Corrections investigators did nothing wrong when they took nude photographs of a prison guard suspected of having sex with an inmate at a Panhandle prison, a report released by Gov. Rick Scott's inspector general found.
Scott Inspector General Melinda Miguel quietly released the 76-page report Wednesday, clearing five investigators and two prison guards of any wrongdoing regarding a search warrant that allowed the investigators to take nude pictures of Franklin Correctional Institution officer Kassidy Hill, who later threatened to sue the department and filed a discrimination complaint with the Florida Commission on Human Relations. The commission found no cause for the complaint.
Four of the investigators, who work for Department of Corrections Inspector General Jeff Beasley, accused Beasley of launching the probe after they alleged Miguel's office was aware of a cover-up involving the death of Randall Jordan-Aparo. The inmate died at the Franklin County institution in 2010 after being gassed with noxious chemicals.
The investigators -- Doug Glisson, Aubrey P. Land, James Padgett and John Ulm -- later sued Beasley, who answers to Miguel, Scott and others for retaliation against them after Miguel refused to grant them whistle-blower status last year. Former corrections worker Christina Bullins, also one of the plaintiffs in the lawsuit, contends she was fired after she raised questions about the circumstances surrounding Jordan-Aparo's death. Bullins' brother was an inmate at the prison in a cell adjacent to Jordan-Aparo in the solitary confinement unit at the Carrabelle institution.
Their lawyer, Steven Andrews, contends that the new report proves that the investigators were targeted by the inspector general.
The report "fully exonerates my clients and raises a lot of questions as to why it was filed," Andrews said. "It was clearly retaliatory for their disclosures concerning Randall Jordan-Aparo."
The Hill case was part of a larger investigation into wrongdoing at the prison, now under scrutiny by the Florida Department of Law Enforcement and the Federal Bureau of Investigation, and led the inspectors to raise flags about the handling of Jordan-Aparo's death.
The new report was authored by Fish and Wildlife Conservation Commission inspector general investigator Amy Schmidt, who was brought on in November to look into Hill's allegations. Schmidt wrote that the inspectors followed protocol in obtaining the search warrant, signed by a judge, which allowed them to photograph "the full body" of Hill.
The investigators first discovered they were part of an internal probe at a Christmas party a year ago, when Beasley told Ulm, Glisson, Williams, Padgett and Beasley's deputy, Ken Sumpter, that "we f---- up" by taking pictures of Hill, according to an interview with Ulm included in the report.
Ulm told investigators that "Beasley also said that DOC GC (General Counsel) Jennifer Parker 'had come down and told him the agency was going to have to 'write a big ole fat check'" to settle Hill's complaint.
The report also showed that former Secretary of Corrections Michael Crews, who retired last week, met with Beasley and Miguel in February three days after the prisons chief met with Ulm, Glisson, Land and David Clark, another IG investigator who is part of the lawsuit.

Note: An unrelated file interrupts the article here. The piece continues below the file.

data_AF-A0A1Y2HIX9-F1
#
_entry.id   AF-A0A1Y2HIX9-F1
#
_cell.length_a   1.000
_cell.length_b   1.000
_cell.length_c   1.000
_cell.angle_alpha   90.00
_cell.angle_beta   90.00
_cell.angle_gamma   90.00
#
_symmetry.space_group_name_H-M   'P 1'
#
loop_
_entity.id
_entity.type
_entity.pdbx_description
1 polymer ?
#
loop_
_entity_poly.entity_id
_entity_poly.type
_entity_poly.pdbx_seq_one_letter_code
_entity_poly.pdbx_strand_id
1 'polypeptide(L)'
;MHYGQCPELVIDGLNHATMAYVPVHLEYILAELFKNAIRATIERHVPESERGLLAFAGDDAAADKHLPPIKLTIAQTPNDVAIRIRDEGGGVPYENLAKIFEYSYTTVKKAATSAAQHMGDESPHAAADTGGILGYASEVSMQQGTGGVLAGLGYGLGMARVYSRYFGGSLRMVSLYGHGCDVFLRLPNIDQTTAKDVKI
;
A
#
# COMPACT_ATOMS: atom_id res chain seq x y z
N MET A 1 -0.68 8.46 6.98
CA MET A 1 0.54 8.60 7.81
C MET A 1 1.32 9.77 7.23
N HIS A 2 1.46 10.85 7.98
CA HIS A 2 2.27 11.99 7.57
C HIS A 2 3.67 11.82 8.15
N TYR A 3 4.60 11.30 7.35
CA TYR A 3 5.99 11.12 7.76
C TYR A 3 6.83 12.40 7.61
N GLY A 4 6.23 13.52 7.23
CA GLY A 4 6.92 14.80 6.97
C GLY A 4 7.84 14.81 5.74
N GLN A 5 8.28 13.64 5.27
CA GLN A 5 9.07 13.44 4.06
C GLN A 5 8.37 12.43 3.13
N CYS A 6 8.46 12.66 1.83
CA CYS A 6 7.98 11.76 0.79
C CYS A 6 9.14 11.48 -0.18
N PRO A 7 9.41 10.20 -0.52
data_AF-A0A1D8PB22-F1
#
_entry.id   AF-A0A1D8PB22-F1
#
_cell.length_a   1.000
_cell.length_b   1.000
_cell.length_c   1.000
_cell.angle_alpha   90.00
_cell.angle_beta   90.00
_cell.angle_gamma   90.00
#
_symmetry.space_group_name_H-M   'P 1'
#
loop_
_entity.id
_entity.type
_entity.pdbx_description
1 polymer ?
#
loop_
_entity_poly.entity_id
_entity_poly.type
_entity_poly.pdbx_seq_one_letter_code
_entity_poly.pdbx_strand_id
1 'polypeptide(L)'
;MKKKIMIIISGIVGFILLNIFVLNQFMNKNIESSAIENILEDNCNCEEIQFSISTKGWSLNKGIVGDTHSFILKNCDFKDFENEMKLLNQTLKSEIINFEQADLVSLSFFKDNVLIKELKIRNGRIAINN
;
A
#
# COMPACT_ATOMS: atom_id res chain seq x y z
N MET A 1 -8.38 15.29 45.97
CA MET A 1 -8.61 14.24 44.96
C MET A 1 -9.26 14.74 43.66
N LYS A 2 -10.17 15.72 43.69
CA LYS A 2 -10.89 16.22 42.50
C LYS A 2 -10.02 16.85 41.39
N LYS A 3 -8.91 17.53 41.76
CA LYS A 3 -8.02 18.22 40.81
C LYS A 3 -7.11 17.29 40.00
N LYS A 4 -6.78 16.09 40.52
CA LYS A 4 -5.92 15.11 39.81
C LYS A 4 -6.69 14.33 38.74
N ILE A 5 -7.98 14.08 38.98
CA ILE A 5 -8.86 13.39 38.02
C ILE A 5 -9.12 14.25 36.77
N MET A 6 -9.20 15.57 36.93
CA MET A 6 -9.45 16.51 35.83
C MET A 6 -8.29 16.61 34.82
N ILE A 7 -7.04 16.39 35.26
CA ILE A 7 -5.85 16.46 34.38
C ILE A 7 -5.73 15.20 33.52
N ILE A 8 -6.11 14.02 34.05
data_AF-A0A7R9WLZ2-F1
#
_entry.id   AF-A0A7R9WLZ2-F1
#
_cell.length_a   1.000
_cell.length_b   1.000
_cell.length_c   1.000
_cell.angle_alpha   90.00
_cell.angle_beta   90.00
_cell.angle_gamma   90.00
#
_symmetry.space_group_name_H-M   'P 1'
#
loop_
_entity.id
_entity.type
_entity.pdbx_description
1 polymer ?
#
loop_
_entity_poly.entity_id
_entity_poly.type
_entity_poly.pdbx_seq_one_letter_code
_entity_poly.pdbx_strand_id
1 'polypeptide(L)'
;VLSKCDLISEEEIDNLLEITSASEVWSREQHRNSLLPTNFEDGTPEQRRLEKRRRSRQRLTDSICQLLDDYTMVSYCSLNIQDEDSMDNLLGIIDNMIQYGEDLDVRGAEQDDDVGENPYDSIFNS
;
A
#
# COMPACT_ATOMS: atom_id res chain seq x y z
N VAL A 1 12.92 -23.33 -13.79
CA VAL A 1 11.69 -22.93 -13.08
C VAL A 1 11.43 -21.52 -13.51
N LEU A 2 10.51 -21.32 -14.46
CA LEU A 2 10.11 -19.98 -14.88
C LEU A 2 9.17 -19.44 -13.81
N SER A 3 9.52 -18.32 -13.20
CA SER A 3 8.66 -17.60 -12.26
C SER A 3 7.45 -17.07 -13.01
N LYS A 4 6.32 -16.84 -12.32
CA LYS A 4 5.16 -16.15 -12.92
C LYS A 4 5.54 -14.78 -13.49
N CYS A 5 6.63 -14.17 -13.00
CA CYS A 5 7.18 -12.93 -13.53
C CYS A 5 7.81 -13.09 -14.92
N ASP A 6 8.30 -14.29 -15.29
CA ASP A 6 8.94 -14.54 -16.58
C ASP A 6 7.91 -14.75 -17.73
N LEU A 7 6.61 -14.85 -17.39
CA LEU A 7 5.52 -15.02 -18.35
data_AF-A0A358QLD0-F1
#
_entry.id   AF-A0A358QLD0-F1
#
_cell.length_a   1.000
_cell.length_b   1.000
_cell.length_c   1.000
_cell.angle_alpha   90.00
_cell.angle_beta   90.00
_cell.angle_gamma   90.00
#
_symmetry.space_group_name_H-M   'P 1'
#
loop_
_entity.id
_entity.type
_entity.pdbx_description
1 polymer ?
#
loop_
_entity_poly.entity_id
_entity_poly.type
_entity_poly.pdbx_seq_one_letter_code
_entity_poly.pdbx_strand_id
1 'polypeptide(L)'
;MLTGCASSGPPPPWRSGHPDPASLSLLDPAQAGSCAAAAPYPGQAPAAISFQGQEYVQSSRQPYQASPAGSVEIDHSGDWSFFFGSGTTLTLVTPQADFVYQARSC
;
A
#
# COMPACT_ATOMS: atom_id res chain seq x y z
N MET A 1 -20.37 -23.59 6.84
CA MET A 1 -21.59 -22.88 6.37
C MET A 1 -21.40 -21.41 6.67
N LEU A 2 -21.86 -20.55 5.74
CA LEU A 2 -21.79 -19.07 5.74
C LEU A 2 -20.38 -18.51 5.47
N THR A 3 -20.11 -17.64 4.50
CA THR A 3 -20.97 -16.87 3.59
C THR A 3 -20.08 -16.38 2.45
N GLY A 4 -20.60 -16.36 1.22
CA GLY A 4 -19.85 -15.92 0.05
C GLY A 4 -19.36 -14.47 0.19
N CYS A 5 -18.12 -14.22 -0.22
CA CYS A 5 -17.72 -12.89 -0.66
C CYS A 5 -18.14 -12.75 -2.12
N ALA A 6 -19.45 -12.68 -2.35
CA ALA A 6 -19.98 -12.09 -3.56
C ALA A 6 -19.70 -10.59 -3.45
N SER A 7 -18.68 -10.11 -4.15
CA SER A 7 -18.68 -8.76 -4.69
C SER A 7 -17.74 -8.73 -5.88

"After meeting with Secretary Crews and Beasley, CIG Miguel contacted Beasley and advised him to cease any activity on the ongoing investigations of (the cases) until the CIG's office could obtain a full briefing regarding these open investigations," Schmidt wrote.
The Scott administration issued a brief statement Tuesday about the report and the whistleblowers' allegations. "The whistleblower lawsuit is a matter for the courts to decide,'' Scott spokesman John Tupps said in the statement. "The chief inspector generals report was completed on Nov. 26, 2014. A female correctional officer complained of mistreatment. Melinda Miguel wanted to ensure objectivity in the investigation and requested investigative assistance from FWC."
The report also highlighted internal problems within the corrections inspector general's office. The agency was relying on an outdated policy manual, written in 2006 but updated frequently through internal emails or memos issued by Beasley.
"When asked about the policies and procedures in place during June 2013 and his understanding of the policies and memorandums included in this investigation, Padgett stated, 'I'm going to sum it up for you the best way that I can. Total confusion. Just chaotic as far as procedures and this directive and that directive and just like I stated, I came into the office, there is no FTO (Field Training Officer) manual no FTO training policy, there is no check-off list it's learn as you go.' Padgett added that until very recently there had been one directive after another pushed out to the field," Schmidt wrote
Beasley has since implemented some improvements, including a tracking system to ensure that all directives issued to staff have been received, something that did not exist in 2013, the report noted.
The report also "recommended that guidelines be adopted to specifically address the taking of photographs during an investigation and to enhance the guidance surrounding the search of an employee's person that involves the visual inspection of the employee's unclothed body."